As to the second major problem—the high cost of land the Report stressed that, what with the cost of land—plus the cost of clearing sites and of rehousing people, the total costs made it impossible for an urban renewal scheme to stand viably on its feet; and to overcome this the Committee recommended what they termed a planning loss subsidy, to reduce the initial total costs to a cleared site value, thus making the scheme viable, attractive and interesting to the private sector by way of participation. It is, I think, to the credit of my noble friend's right honourable friend that this recommendation of a planning loss subsidy, which in essence is the central core to a successful urban renewal scheme, has been adopted and incorporated in the new Housing Bill not yet before us. It shows a welcome support to a positive policy of seriously tackling the urban renewal problem. But, having said that, I think it would be widely welcomed by local authorities if, before the new Housing Bill leaves another place, consideration could be given to widening the scope of the planning grants under the Bill and making them, perhaps, more flexible. Whilst one recognises that it is a Housing Bill, one is told that the qualifications of the grant are drawn a little narrowly. In a number of cities where urban renewal schemes may well be considered it is not only the slum areas which are included but the poor housing areas and even the old and out-of-date industrial areas. It would assist urban renewal schemes generally if the planning loss grants under this Bill could cover such situations.

My Lords, the third main problem the Report touched on was the sensitive argument of how in practice an urban redevelopment scheme would be carried out. Would it be carried out by the local authority alone, or would the site be sold as a whole, or in parts, to developers? Or would a partnership be formed between the local authority and the developer? The Report concluded that the most successful method would be to sell to a developer at a full market price, at a cleared site value, subject to the consent of the Minister of Housing and subject to certain time guarantees. Now the framework in which these schemes are to be developed is, I believe, a matter of crucial importance for the successful progress of urban renewal schemes, and I hope my noble friend will be able to comment a little on this aspect.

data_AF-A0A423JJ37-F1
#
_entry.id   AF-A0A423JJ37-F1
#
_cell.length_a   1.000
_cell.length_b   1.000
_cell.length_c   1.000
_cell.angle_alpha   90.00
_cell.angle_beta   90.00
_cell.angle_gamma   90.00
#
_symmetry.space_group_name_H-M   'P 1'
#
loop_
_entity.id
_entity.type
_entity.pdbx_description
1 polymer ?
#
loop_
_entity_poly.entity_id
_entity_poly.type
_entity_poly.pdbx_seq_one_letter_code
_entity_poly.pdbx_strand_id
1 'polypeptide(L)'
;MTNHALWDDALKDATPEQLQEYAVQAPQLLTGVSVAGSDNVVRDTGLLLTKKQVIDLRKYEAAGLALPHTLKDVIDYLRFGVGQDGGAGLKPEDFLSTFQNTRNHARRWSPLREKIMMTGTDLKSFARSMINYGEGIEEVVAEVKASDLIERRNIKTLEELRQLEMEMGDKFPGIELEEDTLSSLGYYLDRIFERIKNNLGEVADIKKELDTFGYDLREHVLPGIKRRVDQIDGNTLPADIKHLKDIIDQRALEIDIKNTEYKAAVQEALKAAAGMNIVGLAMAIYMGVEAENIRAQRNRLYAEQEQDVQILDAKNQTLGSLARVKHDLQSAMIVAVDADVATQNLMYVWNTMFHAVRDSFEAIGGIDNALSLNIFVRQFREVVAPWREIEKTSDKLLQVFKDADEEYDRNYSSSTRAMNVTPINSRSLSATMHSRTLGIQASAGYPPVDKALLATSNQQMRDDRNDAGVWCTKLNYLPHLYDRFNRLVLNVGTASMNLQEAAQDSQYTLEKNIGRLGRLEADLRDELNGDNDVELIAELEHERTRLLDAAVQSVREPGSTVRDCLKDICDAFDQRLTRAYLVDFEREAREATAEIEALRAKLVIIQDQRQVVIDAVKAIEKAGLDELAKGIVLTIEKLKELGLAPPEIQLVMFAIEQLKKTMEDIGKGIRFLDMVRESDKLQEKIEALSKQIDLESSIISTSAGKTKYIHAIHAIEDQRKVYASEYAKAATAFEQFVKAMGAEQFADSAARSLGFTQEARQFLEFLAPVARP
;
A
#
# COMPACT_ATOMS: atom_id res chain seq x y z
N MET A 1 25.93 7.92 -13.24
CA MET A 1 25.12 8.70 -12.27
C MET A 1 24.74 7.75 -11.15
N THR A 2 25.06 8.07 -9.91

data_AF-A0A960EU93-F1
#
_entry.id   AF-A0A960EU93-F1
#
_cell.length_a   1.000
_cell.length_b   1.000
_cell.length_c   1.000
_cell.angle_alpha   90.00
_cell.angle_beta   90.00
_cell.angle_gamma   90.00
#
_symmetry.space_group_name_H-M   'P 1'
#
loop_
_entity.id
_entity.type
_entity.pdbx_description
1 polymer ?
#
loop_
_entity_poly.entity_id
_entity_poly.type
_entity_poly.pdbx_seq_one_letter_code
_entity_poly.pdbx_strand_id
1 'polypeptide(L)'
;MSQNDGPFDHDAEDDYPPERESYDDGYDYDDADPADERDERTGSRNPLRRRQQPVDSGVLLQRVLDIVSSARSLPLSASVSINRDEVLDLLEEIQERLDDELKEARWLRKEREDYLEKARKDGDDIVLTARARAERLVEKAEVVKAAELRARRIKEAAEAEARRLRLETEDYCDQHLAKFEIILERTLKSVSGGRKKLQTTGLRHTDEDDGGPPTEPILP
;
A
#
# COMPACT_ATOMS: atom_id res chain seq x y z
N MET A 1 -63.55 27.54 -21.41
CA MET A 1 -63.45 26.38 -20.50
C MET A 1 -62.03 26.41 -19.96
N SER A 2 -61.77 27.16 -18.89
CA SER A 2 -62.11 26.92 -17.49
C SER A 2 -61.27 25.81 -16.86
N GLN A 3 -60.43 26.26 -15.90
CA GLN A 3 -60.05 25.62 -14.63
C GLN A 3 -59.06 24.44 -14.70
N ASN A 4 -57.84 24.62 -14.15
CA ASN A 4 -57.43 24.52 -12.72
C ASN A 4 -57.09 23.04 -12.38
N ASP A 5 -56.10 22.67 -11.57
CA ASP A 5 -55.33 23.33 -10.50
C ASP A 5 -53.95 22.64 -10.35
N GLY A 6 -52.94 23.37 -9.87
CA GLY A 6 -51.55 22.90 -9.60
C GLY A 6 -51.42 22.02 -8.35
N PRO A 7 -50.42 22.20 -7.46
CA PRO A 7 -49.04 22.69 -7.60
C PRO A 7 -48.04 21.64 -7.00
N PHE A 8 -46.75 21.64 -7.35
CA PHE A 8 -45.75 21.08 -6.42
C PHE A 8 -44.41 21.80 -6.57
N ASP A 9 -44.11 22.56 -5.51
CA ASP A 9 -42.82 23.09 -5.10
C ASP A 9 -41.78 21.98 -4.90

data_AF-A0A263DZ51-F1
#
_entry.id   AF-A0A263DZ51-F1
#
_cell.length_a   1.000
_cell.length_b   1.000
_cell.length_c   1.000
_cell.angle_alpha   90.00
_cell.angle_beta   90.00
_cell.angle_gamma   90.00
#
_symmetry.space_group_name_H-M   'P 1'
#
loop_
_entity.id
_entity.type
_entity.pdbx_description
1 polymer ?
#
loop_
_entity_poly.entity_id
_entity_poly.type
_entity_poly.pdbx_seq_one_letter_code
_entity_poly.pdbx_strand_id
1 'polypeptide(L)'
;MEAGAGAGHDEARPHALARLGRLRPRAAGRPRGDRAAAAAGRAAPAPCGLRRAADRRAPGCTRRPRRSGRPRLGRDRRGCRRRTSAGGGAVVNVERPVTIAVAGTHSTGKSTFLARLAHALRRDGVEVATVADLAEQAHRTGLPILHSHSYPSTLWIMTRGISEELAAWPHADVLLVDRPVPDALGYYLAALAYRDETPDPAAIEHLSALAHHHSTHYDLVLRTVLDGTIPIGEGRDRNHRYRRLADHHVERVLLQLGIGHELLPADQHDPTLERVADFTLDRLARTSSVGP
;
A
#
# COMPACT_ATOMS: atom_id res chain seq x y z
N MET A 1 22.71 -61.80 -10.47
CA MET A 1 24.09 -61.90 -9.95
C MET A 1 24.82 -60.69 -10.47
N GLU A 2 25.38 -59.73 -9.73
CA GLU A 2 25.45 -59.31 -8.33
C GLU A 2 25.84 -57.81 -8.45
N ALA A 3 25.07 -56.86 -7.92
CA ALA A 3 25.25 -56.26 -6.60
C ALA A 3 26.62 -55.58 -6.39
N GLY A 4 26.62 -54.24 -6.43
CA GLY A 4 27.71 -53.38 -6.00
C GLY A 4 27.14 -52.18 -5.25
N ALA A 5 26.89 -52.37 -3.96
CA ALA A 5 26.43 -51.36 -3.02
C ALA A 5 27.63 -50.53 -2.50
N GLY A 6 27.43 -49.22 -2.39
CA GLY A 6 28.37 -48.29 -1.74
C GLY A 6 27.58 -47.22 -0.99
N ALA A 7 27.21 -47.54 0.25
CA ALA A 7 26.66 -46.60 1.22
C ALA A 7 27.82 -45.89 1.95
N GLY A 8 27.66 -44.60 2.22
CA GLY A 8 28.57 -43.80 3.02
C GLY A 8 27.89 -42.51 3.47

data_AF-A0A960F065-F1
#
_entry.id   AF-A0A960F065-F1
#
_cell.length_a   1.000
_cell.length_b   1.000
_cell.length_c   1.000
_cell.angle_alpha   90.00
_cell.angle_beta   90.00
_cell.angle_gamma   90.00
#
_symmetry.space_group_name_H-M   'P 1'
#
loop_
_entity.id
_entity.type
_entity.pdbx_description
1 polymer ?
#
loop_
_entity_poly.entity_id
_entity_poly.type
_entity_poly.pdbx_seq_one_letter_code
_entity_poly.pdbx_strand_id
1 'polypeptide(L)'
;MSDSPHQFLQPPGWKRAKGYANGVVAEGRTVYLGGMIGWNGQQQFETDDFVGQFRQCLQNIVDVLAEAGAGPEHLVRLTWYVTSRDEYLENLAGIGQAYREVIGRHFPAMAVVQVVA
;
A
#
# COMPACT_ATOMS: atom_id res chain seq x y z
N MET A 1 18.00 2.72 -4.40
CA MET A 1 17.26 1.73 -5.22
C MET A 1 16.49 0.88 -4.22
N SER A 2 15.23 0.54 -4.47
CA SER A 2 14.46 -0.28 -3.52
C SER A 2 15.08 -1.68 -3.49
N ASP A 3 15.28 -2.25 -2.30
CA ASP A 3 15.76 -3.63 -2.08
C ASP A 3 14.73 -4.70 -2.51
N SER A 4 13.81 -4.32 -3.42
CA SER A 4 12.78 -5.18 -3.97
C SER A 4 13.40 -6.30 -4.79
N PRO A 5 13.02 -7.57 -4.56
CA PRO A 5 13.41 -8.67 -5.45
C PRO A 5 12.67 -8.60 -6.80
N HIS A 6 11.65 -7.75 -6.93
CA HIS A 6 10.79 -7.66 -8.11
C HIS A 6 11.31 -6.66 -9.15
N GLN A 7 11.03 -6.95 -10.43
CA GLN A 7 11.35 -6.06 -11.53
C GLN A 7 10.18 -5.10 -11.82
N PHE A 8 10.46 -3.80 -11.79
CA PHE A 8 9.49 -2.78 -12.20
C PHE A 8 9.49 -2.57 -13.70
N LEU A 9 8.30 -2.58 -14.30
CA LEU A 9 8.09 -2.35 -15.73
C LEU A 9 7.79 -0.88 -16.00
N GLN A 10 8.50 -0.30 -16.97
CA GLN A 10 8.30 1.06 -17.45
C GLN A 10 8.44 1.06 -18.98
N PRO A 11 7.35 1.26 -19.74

When public funds are used to reduce the site cost by subsidy payments to a figure that makes development a viable proposition, it will seem hard to certain people—no doubt the local authority councillors—that a developer, with his special skills, should be enabled to make a handsome profit out of the scheme. Whether or not that developer has created a market after taking on a considerable commercial risk may be forgotten in the subsequent argument. If one were to be so bold as to criticise any of the conclusions in this excellent Report, it would be the conclusion that was reached on this single point; because no stress, or insufficient stress, was laid on the possibility of partnership between local authorities and developers. For the aim, surely, for a successful urban renewal scheme is to plan a mixed community, a ratio of residential development including an element of local authority housing, of housing society development for letting and a mixture of private housing development for sale, to give and to retain a balanced environment of the area.

One would hope as well, and without detriment to the scheme, that there would be some element of commercial and industrial development to help subsidise the residential costs. Such a scheme requires considerable skills, experience and vision. I believe that the private sector can offer this. It is both at this stage of the planning of the scheme and its development that I believe the local authorities should get together with developers who could act both as consultants and, subsequently, contractors. By this means, the element of excessive developers' profit could be avoided. I believe it would be to the benefit generally of urban renewal schemes, both in timing, planning and cost, if local authorities could see their way to becoming partners with the private sector.

My Lords, I should like to conclude by asking my noble friend two questions concerned particularly with the welfare of urban renewal. The first is whether his right honourable friend will consider setting u p, in conjunction with local authorities, a number of trial schemes of urban renewal up and down the country in order now to get the ball rolling. I believe that a start now is essential and that whatever influence Her Majesty's Government can bring to bear will be extremely valuable. Secondly, in view of the considerable funds available through building societies, will his right honourable friend consider a change in the law to allow building societies to take a more active part in urban renewal schemes, participating both in funding and the owning of sites? I believe that in a carefully controlled way and with a limited change in their existing rules, building societies could prove of great help to urban renewal requirements. They have shown a very great interest and a wish to do so.